Monday, July 12, 2010


Maude Blankinship, who will soon celebrate her 80th birthday, asked me to write a brief article of "How We Met" for a book she is putting together, primarily for this great granddaughter. I wrote the article and thought blog readers might find it interesting? Will Maude remember those days as I do? Absolutely not!


How Maude and Walsine Met

In the year of our Lord, 1947, the good Lord looked down from on high and, behold, He saw in Point Pleasant, WV a poor, ignorant youth who was lazy beyond words. He took pity on the youth as at the tender age of 16 he lived alone. He Played football. He boxed. He was too lazy, however, to be a good student.

In His mercy, the good Lord arranged the lives of the Blankinship family so that they would live a year in Point Pleasant. Why would he do that, you may be asking? In His own wise way, He had the very angel who was the answer to this lazy youth's needs. Maude Blankinship.

Maude was a pleasant, robust and friendly blond. She was a good student. With such attributions it was only natural that the lazy youth would gravitate to this saving angel. Walsine and Maude met and became friends.

Maude and Walsine shared their Senior English class. The teacher was an 80 year old spinster named Miss Mary. This lady was tall and thin. Her voice was leaving her. And, she was nearly blind. Her left eye focused up to the left and the right eye focused down to the right. You might not notice the eyes, however, because her glasses were so very thick. Like all of the teachers who knew Walsine lived alone, she was very kind and forgiving to Walsine.

Afternoons were so boring for Walsine in that hot class on the west side of the building with the sun shining in. Walsine, sitting right behind Maude, did his best to enliven the class. While he was a very poor student, he had talents. He could whistle with his mouth closed.

Sitting directly behind Maude, he would enliven the class by whistling a cheerful tune. Miss Mary would begin her search for the guilty person. With the class all atwitter, she would walk right down to Maude and focus her stare on Maude. She would look at me and smile. As I continued to whistle, I'd smile right back at her. She would look back at me and return my smile. Maude would squirm! Eventually Miss Mary would decide it had to be my best buddy, Merald Bauer, and threaten to tell his father, the school janitor.

I didn't always just whistle. Some times I would hum a tune. Same-o-same-o. Back to stare at Maude, then get after Merald. I wasn't particularly talented but I did my best. After class Maude would laugh and take my name in vain.

Miss Mary was a good teacher. She explained the 121st Psalm, which I still use. She also had me memorize poetry. One poem I have used so many times is Henry Wadsworth Longfellow's "The Rainy Day".

Miss Mary also required that each student read a book each six weeks, write a book report and, when called upon, get up and read the report to the class.

Maude , my saving angel, always made two copies of her book report. One for Miss Mary and one for Walsine.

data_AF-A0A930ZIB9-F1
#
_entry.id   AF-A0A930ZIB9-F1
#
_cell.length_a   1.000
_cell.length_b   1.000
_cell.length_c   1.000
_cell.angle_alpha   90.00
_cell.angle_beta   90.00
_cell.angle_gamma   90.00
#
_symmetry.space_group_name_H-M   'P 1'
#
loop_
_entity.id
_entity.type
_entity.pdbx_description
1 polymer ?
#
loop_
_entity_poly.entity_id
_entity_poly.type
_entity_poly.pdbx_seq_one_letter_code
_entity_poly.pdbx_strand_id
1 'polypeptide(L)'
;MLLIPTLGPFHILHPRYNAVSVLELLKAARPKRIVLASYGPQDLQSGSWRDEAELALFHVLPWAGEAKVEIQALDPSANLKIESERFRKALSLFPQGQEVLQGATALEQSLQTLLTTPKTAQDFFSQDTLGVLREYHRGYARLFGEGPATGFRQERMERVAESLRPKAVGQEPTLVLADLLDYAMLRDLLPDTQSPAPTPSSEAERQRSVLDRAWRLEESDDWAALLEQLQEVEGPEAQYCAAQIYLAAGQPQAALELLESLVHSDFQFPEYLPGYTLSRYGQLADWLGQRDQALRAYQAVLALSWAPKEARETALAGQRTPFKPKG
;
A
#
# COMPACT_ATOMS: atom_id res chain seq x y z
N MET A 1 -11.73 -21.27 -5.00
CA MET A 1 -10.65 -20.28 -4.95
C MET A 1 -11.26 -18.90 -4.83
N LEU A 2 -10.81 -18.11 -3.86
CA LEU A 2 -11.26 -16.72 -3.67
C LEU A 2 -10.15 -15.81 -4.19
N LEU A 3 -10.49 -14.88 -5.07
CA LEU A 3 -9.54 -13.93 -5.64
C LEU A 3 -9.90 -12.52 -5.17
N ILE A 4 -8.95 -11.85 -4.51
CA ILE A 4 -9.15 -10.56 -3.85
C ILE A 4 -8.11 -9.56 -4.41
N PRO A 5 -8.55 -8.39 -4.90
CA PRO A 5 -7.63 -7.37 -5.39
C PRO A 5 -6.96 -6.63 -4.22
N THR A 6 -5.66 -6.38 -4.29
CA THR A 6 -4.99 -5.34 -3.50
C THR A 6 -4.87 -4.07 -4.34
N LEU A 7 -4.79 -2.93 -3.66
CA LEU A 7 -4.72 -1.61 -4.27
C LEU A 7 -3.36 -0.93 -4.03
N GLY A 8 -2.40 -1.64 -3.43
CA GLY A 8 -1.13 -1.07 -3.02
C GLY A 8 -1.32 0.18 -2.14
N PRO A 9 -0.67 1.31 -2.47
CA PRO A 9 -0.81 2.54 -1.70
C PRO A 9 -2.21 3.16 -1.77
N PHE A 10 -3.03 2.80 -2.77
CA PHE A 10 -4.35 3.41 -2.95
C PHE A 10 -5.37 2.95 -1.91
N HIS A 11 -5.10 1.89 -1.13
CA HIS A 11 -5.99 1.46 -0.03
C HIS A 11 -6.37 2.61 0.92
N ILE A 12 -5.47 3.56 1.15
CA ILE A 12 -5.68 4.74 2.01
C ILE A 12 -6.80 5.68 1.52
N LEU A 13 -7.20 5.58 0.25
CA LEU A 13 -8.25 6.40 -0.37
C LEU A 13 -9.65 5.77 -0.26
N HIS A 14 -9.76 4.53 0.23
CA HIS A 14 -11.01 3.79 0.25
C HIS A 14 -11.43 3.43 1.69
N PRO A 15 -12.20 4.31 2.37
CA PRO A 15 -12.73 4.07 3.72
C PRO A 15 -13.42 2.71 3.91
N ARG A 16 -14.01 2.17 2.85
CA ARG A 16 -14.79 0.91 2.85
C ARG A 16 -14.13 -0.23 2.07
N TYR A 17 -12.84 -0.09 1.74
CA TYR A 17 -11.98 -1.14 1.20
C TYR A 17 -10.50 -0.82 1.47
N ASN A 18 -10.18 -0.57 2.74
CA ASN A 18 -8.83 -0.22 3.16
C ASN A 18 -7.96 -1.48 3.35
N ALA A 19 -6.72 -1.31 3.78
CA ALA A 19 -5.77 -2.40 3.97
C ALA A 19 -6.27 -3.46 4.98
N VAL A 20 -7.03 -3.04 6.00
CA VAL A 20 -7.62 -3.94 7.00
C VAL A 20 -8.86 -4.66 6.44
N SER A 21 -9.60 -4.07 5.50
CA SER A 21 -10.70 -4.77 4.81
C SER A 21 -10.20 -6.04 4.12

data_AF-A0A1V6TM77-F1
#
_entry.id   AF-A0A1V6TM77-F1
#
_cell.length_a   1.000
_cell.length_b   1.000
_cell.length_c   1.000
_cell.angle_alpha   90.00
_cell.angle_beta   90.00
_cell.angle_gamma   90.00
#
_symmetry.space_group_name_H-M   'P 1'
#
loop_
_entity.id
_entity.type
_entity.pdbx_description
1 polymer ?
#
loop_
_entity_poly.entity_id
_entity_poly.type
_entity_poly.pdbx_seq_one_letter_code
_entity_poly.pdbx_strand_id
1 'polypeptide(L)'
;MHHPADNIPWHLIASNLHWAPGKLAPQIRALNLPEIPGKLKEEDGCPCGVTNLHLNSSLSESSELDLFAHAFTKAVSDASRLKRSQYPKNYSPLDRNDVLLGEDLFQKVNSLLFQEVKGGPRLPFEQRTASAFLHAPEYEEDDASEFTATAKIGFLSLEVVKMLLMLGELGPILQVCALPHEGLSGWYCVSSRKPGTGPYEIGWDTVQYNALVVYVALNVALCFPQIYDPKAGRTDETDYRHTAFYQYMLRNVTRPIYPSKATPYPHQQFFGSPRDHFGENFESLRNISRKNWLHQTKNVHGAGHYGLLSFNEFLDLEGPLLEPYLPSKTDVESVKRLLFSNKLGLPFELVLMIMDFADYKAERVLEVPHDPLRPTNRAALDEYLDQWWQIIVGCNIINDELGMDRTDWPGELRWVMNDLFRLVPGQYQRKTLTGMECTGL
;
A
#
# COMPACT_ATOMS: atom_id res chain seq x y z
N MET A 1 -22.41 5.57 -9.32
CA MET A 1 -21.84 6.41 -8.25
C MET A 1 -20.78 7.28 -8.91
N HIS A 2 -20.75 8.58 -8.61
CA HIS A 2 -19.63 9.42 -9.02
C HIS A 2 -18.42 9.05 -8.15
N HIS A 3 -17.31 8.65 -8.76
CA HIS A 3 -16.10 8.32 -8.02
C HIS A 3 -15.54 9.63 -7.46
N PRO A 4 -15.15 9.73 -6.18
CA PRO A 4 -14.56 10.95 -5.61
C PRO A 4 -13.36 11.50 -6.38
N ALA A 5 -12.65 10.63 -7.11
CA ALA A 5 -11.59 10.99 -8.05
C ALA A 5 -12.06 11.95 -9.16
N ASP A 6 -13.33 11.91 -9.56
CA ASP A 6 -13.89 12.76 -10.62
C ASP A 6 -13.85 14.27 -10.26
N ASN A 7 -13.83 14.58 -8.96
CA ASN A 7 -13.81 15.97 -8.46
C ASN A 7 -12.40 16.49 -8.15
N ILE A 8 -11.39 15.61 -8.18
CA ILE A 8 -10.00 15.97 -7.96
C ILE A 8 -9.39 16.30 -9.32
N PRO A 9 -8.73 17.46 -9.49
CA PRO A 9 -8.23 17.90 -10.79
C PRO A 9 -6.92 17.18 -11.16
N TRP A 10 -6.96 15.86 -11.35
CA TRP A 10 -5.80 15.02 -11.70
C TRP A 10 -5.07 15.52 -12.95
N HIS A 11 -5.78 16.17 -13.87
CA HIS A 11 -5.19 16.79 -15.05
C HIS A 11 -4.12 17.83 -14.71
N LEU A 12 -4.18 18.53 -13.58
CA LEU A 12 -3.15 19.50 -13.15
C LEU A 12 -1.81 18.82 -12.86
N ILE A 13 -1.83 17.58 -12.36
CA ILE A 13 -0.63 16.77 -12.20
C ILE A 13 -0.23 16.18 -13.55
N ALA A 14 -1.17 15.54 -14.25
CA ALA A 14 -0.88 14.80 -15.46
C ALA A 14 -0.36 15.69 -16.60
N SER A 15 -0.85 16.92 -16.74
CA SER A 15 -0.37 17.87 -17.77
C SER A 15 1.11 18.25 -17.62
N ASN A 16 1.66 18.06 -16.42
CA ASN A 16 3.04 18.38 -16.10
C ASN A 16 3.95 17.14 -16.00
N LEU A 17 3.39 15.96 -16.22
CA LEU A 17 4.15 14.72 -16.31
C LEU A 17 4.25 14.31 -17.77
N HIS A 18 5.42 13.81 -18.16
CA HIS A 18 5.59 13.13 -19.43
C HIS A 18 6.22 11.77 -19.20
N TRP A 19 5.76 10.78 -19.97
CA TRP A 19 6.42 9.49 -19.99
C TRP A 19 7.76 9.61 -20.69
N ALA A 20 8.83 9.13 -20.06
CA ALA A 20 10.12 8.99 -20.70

I would carefully rewrite Maude's report, word for word, and turn it in. When called upon, I would stand before the class and read Maude's book report. Miss Mary may have had a faltering voice and was nearly blind but she was not stupid. Whe knew what was going on. So did every kid in the class.

Once Maude wrote a report on Clara Barton's "Florence Nightingale, the Angel of the Crimea". When called upon, I stood before the class and gave it by best, loud and with feeling. In her faltering voice Miss Mary said "Walsine, do you like that kind of book"? The class broke out in laughter. With a face as straight as I could manage, I replied with the question "Who wouldn't love Florence Nightingale, she was truly an angel". The class roared. Even Miss Mary smiled. Life was good in Senior English.

Now for Paul Harvey's "the rest of the story".

While I really liked Miss Mary--as I did all my teachers--she was not a favorite of my saving angel. I think it had something to do with Miss Mary staring at her when I entertained the class.

For OUR excellent work on Florence Nightingale, Miss Mary gave Maude a grade of B. Would you believe, She gave me an A Plus?

Maude got her nose out of joint over this. I explained to her time and time again. I don't think she ever believed me. I don't know why, with me being of such a sterling character.

I told Maude that Miss Mary knew there was some hanky panky going on. Recognizing my sterling character, which Maude somehow missed, Miss Mary was confident that Maude was copying my work. Makes perfect sense to me.

Wisdom comes with age. Well, sometimes it does, I think. Maude and I didn't date, although there was a moment of touchy, feelie in the dark, in the back seat of her Mother's station wagon. Maude was a friend. A good friend. She still is.

As a person who traveled widely around the world thoughout my life, it makes me sad to miss Maude's 80th birthday due to a physical problem. I will be 80 in March, the good Lord willing and the krick don't get too high, my wife, Julie and I will be out to visit Maude this winter. We'll celebrate both our birthdays.

I have been so blessed in life. Maude Blankinship Norris is high on my list of blessings.

Well, there you have it. Already Maude has denied the "touchie-feelie" comment claiming that her Mother owned a '39 pointiac. I may have been wrong in this. Maybe it wasn't HER Mother's station wagon. Un Huh!

Oh, bye-the-bye, click on my class picture, enlarging it, check out my left eyebrow. I earned those 5 stitches while helping to beat Ripley 25-0. Go Big Blacks! No face guards on the helmets in 1947!

Think about it. WE REPORT, YOU DECIDE.

God Bless!

1 comment:

Phatmom said...

Very "touching" story!;)
You were and still are quite the character, Walt Pierce! I'm so blessed to have you as a cousin.